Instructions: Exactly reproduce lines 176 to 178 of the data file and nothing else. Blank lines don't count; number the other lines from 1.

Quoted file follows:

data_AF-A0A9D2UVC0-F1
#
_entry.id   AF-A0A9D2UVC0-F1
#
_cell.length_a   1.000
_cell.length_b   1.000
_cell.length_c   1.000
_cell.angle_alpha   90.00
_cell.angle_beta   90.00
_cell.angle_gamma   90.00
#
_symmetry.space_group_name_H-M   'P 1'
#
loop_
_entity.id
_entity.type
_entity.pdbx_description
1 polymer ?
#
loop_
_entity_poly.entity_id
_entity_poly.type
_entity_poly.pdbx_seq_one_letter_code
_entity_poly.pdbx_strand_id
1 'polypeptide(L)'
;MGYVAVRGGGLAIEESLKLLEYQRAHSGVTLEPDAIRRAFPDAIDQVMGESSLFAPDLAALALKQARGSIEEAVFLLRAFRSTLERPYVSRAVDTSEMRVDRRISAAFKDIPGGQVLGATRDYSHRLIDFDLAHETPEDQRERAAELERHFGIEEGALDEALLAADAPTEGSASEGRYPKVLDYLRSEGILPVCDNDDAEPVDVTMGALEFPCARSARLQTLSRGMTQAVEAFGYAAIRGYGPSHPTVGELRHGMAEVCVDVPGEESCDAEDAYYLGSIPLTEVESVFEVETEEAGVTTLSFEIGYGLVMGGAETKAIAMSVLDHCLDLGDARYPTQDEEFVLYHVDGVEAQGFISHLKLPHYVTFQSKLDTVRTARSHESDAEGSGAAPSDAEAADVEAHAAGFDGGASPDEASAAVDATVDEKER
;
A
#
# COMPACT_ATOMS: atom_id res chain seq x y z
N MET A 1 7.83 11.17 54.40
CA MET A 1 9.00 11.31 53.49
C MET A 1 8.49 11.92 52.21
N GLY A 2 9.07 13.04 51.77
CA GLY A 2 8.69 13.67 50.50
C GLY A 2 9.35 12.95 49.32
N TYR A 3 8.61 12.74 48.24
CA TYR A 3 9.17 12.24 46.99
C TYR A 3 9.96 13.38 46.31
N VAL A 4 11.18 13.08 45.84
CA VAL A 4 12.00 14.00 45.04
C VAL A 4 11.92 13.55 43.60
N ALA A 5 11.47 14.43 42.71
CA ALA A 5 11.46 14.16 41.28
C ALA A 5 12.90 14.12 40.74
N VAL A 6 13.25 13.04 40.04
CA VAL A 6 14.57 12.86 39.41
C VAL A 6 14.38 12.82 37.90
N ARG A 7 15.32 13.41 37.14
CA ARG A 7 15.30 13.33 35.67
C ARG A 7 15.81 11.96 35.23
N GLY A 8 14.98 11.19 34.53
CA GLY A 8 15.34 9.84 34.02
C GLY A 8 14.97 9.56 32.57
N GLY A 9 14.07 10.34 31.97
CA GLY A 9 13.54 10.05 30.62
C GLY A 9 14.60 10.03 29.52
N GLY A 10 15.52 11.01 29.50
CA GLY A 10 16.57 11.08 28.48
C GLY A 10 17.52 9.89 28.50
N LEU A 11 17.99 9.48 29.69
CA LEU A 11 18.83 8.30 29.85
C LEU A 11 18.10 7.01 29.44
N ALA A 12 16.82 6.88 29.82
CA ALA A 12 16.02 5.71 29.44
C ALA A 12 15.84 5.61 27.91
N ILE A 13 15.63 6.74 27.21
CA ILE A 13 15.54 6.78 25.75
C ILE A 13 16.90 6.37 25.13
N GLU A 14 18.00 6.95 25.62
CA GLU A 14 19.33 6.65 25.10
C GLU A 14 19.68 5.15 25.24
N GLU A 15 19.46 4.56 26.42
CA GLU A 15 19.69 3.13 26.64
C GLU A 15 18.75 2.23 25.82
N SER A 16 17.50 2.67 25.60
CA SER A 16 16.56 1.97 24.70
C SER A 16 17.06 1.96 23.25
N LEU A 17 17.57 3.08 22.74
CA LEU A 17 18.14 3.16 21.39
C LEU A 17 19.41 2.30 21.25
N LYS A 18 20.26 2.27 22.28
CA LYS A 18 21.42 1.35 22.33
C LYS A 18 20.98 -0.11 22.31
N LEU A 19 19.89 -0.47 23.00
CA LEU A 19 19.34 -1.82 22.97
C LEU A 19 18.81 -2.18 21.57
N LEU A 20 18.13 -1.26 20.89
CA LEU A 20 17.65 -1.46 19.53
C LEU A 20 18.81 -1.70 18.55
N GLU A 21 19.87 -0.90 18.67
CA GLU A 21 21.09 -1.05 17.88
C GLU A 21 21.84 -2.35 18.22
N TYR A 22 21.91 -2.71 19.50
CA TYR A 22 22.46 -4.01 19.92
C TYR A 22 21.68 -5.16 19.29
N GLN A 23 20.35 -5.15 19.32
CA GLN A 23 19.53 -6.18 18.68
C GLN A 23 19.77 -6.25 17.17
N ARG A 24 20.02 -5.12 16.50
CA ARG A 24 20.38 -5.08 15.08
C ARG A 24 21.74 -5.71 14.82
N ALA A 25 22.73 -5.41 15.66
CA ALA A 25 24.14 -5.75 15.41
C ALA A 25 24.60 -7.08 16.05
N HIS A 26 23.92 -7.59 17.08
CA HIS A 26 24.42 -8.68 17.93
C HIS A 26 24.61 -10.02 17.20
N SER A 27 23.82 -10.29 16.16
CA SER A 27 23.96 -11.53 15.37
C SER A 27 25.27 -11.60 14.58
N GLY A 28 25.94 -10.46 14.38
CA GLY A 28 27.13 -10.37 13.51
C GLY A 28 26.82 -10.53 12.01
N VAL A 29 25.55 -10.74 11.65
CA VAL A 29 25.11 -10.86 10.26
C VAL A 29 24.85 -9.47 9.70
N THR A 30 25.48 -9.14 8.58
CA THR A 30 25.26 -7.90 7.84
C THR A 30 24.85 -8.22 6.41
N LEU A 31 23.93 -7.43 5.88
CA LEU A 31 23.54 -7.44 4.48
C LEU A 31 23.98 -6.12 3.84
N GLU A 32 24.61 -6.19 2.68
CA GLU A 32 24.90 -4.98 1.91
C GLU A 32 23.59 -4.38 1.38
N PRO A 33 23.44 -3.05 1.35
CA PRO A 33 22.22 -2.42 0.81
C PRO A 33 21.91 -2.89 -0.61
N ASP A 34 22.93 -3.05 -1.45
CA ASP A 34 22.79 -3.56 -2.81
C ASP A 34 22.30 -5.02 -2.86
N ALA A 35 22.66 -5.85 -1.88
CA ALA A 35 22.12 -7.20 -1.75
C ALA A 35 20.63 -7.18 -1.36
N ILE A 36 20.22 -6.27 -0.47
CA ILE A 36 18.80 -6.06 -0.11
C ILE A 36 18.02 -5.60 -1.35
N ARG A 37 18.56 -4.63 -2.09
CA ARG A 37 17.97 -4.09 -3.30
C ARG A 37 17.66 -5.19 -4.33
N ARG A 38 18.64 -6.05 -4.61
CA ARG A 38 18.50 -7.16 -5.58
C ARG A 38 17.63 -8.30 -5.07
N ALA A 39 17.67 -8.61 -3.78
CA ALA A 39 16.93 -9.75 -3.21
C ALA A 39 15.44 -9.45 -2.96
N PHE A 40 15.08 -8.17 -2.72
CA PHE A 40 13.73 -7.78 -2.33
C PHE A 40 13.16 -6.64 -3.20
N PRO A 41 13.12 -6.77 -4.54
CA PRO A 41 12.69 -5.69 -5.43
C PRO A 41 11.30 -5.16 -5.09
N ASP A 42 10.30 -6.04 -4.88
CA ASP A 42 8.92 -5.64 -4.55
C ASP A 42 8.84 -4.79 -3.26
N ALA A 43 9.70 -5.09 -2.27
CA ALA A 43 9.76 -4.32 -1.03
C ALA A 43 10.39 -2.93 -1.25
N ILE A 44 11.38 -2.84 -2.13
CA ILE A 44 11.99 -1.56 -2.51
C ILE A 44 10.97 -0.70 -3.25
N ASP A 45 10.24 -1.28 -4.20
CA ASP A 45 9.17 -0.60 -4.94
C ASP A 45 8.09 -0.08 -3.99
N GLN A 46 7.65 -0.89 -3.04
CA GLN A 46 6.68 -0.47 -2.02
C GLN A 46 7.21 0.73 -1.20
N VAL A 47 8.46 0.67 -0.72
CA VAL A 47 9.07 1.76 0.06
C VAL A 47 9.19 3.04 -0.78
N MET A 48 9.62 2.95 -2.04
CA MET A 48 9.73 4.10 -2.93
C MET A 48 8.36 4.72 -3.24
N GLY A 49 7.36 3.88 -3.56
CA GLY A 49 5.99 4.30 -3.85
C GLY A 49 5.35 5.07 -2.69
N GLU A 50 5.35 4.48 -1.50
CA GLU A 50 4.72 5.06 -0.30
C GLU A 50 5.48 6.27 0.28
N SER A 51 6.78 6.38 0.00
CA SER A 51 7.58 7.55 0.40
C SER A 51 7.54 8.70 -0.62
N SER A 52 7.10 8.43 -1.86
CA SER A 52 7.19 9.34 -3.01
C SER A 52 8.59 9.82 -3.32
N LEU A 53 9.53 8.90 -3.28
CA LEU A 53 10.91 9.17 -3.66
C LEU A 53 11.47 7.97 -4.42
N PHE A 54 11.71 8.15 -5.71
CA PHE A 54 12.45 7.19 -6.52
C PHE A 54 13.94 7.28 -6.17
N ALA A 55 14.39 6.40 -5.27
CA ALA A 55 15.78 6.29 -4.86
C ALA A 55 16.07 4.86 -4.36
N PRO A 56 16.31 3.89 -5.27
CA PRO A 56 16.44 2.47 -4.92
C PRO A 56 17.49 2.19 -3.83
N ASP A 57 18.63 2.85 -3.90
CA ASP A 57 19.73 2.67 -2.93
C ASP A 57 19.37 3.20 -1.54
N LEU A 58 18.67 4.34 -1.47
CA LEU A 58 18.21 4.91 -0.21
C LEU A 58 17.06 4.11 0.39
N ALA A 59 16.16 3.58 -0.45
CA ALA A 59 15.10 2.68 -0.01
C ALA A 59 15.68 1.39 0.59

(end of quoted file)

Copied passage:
CA GLY A 49 5.99 4.30 -3.85
C GLY A 49 5.35 5.07 -2.69
N GLU A 50 5.35 4.48 -1.50